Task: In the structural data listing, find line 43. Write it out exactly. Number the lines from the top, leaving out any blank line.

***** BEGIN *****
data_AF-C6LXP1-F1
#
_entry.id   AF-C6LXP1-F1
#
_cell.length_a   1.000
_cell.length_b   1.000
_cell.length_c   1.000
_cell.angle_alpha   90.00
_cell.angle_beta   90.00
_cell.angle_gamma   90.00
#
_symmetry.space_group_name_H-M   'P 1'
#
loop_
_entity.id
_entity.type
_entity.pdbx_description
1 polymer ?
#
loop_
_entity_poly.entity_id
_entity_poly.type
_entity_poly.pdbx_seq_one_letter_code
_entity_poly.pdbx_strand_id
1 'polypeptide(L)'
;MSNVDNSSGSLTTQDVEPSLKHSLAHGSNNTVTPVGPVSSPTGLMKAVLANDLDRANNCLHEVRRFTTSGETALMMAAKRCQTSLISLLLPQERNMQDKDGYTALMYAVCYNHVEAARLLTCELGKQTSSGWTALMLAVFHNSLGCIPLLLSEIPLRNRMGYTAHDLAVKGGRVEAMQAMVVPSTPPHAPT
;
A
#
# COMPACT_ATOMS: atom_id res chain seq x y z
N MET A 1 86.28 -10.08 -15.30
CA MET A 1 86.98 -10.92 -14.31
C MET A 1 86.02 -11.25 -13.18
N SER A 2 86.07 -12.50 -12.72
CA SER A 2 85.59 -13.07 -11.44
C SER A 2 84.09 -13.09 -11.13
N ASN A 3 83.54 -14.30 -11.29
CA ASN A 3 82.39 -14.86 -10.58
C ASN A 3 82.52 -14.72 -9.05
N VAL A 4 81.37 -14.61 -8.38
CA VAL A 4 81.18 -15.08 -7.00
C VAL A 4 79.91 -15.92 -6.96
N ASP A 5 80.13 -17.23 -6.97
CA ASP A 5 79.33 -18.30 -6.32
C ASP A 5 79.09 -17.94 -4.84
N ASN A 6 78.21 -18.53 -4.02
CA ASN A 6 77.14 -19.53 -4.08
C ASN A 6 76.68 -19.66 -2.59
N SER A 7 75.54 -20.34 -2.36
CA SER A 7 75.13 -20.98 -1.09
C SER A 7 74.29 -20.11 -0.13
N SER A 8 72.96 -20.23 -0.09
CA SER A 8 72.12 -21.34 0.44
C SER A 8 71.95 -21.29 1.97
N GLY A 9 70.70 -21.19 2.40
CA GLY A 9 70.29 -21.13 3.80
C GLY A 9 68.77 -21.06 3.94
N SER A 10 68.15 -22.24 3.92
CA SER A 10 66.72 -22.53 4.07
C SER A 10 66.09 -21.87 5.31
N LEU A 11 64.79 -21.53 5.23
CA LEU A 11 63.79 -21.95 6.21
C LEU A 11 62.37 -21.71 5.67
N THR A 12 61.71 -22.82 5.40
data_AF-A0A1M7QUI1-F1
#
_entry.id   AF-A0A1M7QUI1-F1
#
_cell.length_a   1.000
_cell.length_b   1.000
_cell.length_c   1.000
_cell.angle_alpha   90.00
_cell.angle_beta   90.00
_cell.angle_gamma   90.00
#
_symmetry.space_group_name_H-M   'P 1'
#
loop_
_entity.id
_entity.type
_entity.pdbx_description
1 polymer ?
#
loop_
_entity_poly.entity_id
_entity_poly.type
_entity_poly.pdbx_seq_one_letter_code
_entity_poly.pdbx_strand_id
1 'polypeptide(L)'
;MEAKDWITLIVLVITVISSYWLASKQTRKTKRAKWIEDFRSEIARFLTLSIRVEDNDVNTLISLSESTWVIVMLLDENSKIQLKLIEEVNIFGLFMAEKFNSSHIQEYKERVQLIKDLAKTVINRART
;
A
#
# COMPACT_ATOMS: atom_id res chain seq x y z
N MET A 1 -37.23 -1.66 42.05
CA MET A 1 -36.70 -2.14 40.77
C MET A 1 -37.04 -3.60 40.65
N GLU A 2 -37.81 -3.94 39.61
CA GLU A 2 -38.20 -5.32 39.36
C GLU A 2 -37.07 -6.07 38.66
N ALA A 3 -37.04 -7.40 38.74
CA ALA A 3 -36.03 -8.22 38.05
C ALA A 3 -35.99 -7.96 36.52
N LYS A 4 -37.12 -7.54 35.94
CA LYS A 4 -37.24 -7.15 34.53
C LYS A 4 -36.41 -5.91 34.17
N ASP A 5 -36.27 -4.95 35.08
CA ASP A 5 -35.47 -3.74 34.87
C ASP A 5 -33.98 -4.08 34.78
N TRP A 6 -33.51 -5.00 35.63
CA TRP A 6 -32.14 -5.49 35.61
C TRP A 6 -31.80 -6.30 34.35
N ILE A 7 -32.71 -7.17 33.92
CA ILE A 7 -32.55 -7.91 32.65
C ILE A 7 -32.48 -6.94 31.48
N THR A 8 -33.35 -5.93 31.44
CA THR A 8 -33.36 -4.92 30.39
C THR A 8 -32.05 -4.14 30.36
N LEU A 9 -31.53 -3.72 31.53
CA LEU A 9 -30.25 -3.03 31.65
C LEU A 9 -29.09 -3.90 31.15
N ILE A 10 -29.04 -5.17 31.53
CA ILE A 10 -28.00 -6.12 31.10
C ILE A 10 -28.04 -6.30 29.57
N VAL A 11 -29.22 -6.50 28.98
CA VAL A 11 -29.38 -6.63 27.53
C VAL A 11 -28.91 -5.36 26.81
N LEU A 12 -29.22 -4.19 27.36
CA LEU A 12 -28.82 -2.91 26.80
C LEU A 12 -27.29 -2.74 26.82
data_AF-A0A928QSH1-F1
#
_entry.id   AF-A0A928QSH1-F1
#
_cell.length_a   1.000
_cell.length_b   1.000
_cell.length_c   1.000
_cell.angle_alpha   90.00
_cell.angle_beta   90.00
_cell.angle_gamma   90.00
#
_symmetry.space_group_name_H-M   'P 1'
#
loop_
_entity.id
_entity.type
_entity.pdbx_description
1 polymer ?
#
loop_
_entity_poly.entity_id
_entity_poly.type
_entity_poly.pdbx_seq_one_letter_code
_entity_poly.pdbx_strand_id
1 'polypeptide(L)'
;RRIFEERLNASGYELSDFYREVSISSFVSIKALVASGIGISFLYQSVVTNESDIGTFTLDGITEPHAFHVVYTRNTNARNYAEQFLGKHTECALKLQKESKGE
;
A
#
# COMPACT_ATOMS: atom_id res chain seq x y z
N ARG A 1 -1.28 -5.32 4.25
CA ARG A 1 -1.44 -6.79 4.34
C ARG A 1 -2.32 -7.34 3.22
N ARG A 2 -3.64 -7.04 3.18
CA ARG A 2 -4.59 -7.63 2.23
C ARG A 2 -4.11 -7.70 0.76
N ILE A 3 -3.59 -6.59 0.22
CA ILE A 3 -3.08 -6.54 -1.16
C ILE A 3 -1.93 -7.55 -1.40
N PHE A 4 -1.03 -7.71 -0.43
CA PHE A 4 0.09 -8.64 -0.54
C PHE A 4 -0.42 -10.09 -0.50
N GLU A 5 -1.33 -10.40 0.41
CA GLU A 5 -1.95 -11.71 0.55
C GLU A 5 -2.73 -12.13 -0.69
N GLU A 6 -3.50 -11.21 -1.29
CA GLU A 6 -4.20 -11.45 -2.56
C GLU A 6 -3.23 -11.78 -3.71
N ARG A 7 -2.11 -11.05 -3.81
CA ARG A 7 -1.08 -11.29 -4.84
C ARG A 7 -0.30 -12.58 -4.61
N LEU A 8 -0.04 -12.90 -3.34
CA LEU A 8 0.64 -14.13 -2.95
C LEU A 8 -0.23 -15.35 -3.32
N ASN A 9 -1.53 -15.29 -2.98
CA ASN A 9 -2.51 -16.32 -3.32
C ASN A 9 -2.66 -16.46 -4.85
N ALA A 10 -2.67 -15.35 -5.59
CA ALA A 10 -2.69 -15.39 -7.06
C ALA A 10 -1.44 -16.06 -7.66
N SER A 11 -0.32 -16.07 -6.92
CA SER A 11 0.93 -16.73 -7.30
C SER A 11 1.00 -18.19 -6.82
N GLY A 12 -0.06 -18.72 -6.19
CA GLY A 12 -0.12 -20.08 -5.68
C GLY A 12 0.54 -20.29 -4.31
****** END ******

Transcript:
N ASP A 5 80.13 -17.23 -6.97